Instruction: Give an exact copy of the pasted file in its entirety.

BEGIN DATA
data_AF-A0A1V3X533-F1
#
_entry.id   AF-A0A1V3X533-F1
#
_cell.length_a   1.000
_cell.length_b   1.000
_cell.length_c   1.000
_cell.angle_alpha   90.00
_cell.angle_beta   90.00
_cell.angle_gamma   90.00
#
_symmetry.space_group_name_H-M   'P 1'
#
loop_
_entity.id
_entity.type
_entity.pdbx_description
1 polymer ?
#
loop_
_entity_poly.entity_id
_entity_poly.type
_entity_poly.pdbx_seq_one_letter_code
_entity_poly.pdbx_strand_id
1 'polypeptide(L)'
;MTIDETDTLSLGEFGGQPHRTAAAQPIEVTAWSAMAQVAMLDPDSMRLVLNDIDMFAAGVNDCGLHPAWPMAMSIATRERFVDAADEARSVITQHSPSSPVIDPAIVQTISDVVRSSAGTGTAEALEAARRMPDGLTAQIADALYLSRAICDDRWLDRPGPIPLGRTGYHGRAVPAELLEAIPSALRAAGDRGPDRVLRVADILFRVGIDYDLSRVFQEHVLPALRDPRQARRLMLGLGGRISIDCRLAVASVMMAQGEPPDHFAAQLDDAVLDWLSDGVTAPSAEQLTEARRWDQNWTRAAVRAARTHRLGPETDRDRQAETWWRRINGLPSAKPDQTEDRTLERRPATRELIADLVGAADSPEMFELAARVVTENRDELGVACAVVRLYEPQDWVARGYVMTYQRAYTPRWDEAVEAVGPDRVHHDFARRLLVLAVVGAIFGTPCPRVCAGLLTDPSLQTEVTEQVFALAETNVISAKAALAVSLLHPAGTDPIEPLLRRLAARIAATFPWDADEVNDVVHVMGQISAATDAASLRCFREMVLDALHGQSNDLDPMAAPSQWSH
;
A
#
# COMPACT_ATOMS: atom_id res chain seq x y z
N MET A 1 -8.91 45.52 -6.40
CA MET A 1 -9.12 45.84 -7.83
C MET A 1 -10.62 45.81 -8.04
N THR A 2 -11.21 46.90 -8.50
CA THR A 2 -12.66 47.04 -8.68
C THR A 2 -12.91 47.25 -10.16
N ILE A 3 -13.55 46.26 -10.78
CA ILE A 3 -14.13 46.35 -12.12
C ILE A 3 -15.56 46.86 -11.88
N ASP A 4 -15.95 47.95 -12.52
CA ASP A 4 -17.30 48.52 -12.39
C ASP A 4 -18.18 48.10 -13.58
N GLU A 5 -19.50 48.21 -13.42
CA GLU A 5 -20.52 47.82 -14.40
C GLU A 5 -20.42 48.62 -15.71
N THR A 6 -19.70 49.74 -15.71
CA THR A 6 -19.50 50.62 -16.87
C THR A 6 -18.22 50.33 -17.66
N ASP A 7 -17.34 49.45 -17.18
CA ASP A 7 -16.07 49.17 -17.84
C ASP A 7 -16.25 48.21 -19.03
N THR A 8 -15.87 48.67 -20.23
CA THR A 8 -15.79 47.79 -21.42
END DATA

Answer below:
data_AF-A0A1V3X533-F1
#
_entry.id   AF-A0A1V3X533-F1
#
_cell.length_a   1.000
_cell.length_b   1.000
_cell.length_c   1.000
_cell.angle_alpha   90.00
_cell.angle_beta   90.00
_cell.angle_gamma   90.00
#
_symmetry.space_group_name_H-M   'P 1'
#
loop_
_entity.id
_entity.type
_entity.pdbx_description
1 polymer ?
#
loop_
_entity_poly.entity_id
_entity_poly.type
_entity_poly.pdbx_seq_one_letter_code
_entity_poly.pdbx_strand_id
1 'polypeptide(L)'
;MTIDETDTLSLGEFGGQPHRTAAAQPIEVTAWSAMAQVAMLDPDSMRLVLNDIDMFAAGVNDCGLHPAWPMAMSIATRERFVDAADEARSVITQHSPSSPVIDPAIVQTISDVVRSSAGTGTAEALEAARRMPDGLTAQIADALYLSRAICDDRWLDRPGPIPLGRTGYHGRAVPAELLEAIPSALRAAGDRGPDRVLRVADILFRVGIDYDLSRVFQEHVLPALRDPRQARRLMLGLGGRISIDCRLAVASVMMAQGEPPDHFAAQLDDAVLDWLSDGVTAPSAEQLTEARRWDQNWTRAAVRAARTHRLGPETDRDRQAETWWRRINGLPSAKPDQTEDRTLERRPATRELIADLVGAADSPEMFELAARVVTENRDELGVACAVVRLYEPQDWVARGYVMTYQRAYTPRWDEAVEAVGPDRVHHDFARRLLVLAVVGAIFGTPCPRVCAGLLTDPSLQTEVTEQVFALAETNVISAKAALAVSLLHPAGTDPIEPLLRRLAARIAATFPWDADEVNDVVHVMGQISAATDAASLRCFREMVLDALHGQSNDLDPMAAPSQWSH
;
A
#
# COMPACT_ATOMS: atom_id res chain seq x y z
N MET A 1 -8.91 45.52 -6.40
CA MET A 1 -9.12 45.84 -7.83
C MET A 1 -10.62 45.81 -8.04
N THR A 2 -11.21 46.90 -8.50
CA THR A 2 -12.66 47.04 -8.68
C THR A 2 -12.91 47.25 -10.16
N ILE A 3 -13.55 46.26 -10.78
CA ILE A 3 -14.13 46.35 -12.12
C ILE A 3 -15.56 46.86 -11.88
N ASP A 4 -15.95 47.95 -12.52
CA ASP A 4 -17.30 48.52 -12.39
C ASP A 4 -18.18 48.10 -13.58
N GLU A 5 -19.50 48.21 -13.42
CA GLU A 5 -20.52 47.82 -14.40
C GLU A 5 -20.42 48.62 -15.71
N THR A 6 -19.70 49.74 -15.71
CA THR A 6 -19.50 50.62 -16.87
C THR A 6 -18.22 50.33 -17.66
N ASP A 7 -17.34 49.45 -17.18
CA ASP A 7 -16.07 49.17 -17.84
C ASP A 7 -16.25 48.21 -19.03
N THR A 8 -15.87 48.67 -20.23
CA THR A 8 -15.79 47.79 -21.42